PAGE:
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Wednesday, 16 May 2012 12:43

Cherokee crafts plans for tree-top canopy walk and family adventure park

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The next five years could include the construction of an adventure park, a canopy walk and another casino for the Eastern Band of Cherokee Indians, according to a preliminary outline of its 2012 economic development plan.

Every five years, the Eastern Band creates an updated economic development plan that outlines what the tribe accomplished during the previous five years and its plans for the future.

Several items in the 2012 strategic plan are simply continuations of work started in 2007, such as diversifying its attractions.

With the Harrah’s Cherokee Casino and Hotel being its main draw, a number of Cherokee’s visitors are 21 years or older. To create greater family appeal, the tribe is looking into the possibility of adding a canopy walk  — a high-elevation nature stroll through the tree tops. The attraction would feature suspended bridges stretching from tree to tree and give visitors a bird’s eye view of the area.

“The environment, the mountains, the streams and everything are so important to Cherokee,” said Doug Cole, a strategic planner with the Eastern Band. “(The canopy walk) takes advantage of that; it doesn’t try to degrade it.”

A likely locale for the canopy walk would be near Mt. Noble in Birdtown, Cole said.

In addition to the walk, the tribe is also making plans to construct a family friendly adventure park, an idea that it has tossed around for a while. The park could include various activities, such as a zipline and climbing wall, as well as a water park. The facility would be open year-round, with some elements inside and some outside.

“There is an opportunity there for the kids and family market,” Cole said. “It could be something that all Western North Carolina could be proud of.”

After finding that project is indeed feasible and that there is enough demand, the Eastern Band then began looking into how it could finance its construction — something it is still figuring out. The park could cost between $90 million and $100 million, Cole estimated, calling the numbers a “pure guess.”

“It really depends upon … how much we want to build,” Cole said.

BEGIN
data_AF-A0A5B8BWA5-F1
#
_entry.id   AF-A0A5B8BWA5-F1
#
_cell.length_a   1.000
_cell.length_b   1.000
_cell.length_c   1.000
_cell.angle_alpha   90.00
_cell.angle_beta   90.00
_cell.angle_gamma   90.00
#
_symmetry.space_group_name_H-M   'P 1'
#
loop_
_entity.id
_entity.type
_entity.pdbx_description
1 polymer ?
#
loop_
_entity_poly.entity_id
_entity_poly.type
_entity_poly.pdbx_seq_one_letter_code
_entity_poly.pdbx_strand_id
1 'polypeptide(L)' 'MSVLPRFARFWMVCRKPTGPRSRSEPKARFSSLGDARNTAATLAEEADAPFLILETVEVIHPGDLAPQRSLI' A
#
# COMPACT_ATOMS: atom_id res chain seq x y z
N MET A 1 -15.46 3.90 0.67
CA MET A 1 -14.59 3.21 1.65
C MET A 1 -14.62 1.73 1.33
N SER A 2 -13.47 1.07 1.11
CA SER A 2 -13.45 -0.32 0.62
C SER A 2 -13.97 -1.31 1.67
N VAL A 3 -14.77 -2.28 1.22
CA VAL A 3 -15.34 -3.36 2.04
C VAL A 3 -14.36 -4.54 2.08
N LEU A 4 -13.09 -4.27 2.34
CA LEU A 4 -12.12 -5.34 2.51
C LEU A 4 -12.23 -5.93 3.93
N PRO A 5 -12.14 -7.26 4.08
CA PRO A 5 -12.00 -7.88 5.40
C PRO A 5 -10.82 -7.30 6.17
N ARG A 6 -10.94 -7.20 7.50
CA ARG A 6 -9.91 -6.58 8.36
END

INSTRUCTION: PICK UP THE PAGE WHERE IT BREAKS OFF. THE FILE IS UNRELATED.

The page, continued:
An adventure park would also help with another goal of the tribe — to diversify its job opportunities and revenue streams.

“I think diversifying the income from the tribe is very important. Right now, we depend on the casino quite a bit,” Cole said. “You don’t want to have all of your eggs in one basket.”

That is not to say that enrolled members are not grateful for the support the casino provides. In fact, the tribe has discussed expanding its gambling operations, not just within its current casino but also to another part of the reservations.

For a while, the tribe has discussed the possibility of building new casinos on other tribally owned lands. And now that the living gaming compact is looking more likely to pass, building a small-scale casino in Cherokee County is the gaming commission’s No. 1 priority, said Don Rose, a member of the commission. It would not be a full-fledged casino but would be more than a bingo hall, and Harrah’s would not necessarily be affiliated with the new casino.

“This would be a totally separate casino,” Rose said.

Although a large portion of the economic plan involves tourism, it also addresses quality of life for enrolled members.

The reservation only has one large commercial grocery, Food Lion, and no national retail stores. Many enrolled members must drive to the Walmart in Sylva for the simplest things.

“If you wanted to buy a tie or shirt, you would have to drive to Sylva and back,” Cole said. “We need to have that available.”

There is also no drug store, like a Walgreens or CVS, where enrolled members or even visitors can easily pick up a prescription when necessary, he said.

The tribe will also look into investing more into tribally owned businesses through operations such as the Sequoyah Fund.

The blueprint, formally called the Comprehensive Economic Development Strategy, helps the tribe when applying for federal monies.

Since 2007, when the last plan was drafted, the Eastern Band has received $3.37 million for economic development projects, states the report.

Mostly, however, the economic strategy plan is a map detailing what the Eastern Band hopes to achieve during the next half decade.

“The real reason we do this is to keep us on strategy on what we want to do during the next five years,” said Cole. “Hopefully by 2017, we can make a lot of that happen, too.”

It’s track record on seeing project through has been surprisingly good. Past CEDS projects include the construction of the Sequoyah National Golf Club, a movie theater, a skate park and smattering the reservation with painted bear statues, among others.

The tribe will spend this month prioritizing projects and developing action plans. A final draft of the economic development strategy will be submitted to the U.S. Economic Development Administration by the end of September.

 

Speak out

To voice your opinion, review the plan or find out information about public meetings regarding the Comprehensive Economic Development Strategy, visit

nctomorrow.org/cherokeequallaboundary.

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